Part 2 of When Every Name Seems Wrong includes Petula as a contender for the hypothetical Smith baby girl. The name struck me as one with potential. I have some theories.

Theory 1:

A look at the top 100 shows these names have something in common:

Aubrey #44
Audrey #52
Julia #55
Lucy #75
Autumn #81

The letter U is in these names.

Lauren #58 could technically be included but was excluded for a couple of reasons:

  1. The U sound isn’t all that prominent; there is a masculine version spelled Loren which sounds almost exactly the same and
  2. The name peaked over 20 years ago, and while still a great name, is not a great example of an upcoming trend.

Names with U were popular before. In the 90’s Courtney and Lauren were hits, and before then in the 60’s Jacqueline was popular. But these names aren’t the same. Courtney and Lauren have the short U sound, and in Jacqueline the Q overshadows the U.

Based on having the short U sound, Aubrey, Audrey and Autumn could be removed from the list too.

Julia, which hit its peak around 10 years ago, was almost excluded as well, but the U sound is very similar to the long U sound in Lucy, making the sound still current.

The long U sound is the one to watch. The sound is found in other stylish vintage names like June and Dulcie. This is a subtle trend. But there is something else about Petula, another subtle trend, giving Petula potential.

Theory 2:

Take a look at these names in the top 100:

Isabella #1
Olivia #4
Ella ##14
Gabriella #33
Layla #37
Amelia #41
Bella #48
Kayla #49
Alexa #50
Julia #55
Camila #61
Alexandra #64
Stella #85
Angelina #93
Natalia #98

What do these names have in common? The L in the middle followed by an A ending. But there is another less subtle letter working in Petula’s favor.

Theory 3:

That trend is the P of course. Names beginning with P, like Penelope, Philippa, Piper, Pippa, Polly, Poppy, and Parker. Most of these, except Parker, are not in the top 100 and some aren’t even in the top 1000, but are seen as very stylish. Whether you like modern names or vintage names, there is a P name to fit the bill.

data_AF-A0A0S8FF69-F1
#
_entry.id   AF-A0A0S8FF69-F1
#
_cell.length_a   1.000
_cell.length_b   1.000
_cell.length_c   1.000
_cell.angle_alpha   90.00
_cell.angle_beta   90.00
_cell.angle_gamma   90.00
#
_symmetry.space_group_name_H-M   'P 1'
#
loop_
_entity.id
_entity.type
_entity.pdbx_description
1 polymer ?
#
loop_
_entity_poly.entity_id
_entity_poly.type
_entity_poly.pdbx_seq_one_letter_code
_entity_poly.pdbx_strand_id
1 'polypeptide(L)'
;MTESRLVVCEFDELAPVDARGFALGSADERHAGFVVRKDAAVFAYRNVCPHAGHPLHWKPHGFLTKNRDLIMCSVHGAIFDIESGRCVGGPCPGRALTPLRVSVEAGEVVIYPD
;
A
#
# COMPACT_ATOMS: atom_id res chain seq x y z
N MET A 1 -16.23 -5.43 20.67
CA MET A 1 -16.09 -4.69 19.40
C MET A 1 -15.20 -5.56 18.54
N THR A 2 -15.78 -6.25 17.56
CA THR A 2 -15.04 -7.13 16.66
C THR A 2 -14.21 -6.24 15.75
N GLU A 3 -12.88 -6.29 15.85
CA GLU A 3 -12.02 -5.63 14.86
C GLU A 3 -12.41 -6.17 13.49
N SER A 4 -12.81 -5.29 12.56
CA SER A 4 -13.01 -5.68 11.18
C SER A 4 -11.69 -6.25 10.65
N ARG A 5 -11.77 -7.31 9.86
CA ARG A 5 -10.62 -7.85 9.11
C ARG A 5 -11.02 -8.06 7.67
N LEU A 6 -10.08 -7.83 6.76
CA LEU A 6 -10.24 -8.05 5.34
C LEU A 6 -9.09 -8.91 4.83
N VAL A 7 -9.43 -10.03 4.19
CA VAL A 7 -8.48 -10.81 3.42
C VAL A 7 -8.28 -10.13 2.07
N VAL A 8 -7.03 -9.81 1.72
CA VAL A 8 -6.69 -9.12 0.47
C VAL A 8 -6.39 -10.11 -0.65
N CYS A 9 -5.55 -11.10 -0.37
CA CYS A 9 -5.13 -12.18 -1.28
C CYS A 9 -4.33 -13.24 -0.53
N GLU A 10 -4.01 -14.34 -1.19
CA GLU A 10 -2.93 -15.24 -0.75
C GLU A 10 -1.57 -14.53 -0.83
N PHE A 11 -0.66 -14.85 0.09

Adding Up The Theories

Based on the sum of its parts, Petula has a vintage sound like Amelia, Julia, Lucy, Dulcie, Philippa, and June. Yet Petula is actually a modern 20th century creation. The name was made-up by Petula Clark’s father. She is the British signer known for 1960’s pop hits such as “Downtown.” Her full name is Petula Sally Olwen Clark.

Perhaps Petula can be added to the coveted list of modern names with a surprisingly old-fashioned sound.
Yet the name has yet to catch on. In 2010,* fewer than 5, if any, babies were named Petula. How does Petula fare in its homeland? Not much better. In the UK, where Petula Clark was born, fewer than 3, if any, babies were named Petula in 2010.

Sometimes names are less than the sum of their parts. There are some obvious drawbacks. The worst, I believe, is the name fails the “playground call-out” test. I find myself saying it over and over, wondering if I could ever get used to saying Petula every day.

Pet and Ula combined seems off. The story is that Petula Clark’s father created the name by combining the names of two ex-girlfriends. This could be a joke. I hope that story is a joke because I can’t imagine how the singer’s mother could have been on board.

Another possible origin is that the name was derived from the Latin petulantia, which means “pertness” or the Latin petulare, which means “to ask.” This is according to

The name reminds me of the word petulant, an adjective, meaning sudden, impatient irritation. Not necessarily the most positive connection. But there are other beautiful names with worse possible meanings. Another P name, Persephone, perhaps meaning “to destroy” or “murder” comes to mind.

Admittedly, the name doesn’t have enticing origins. I love how the name looks on paper though.

Readers: What do you think? Does Petula have potential?

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*Suddenly 2010 sounds less than current, the 2011 rankings are due soon!

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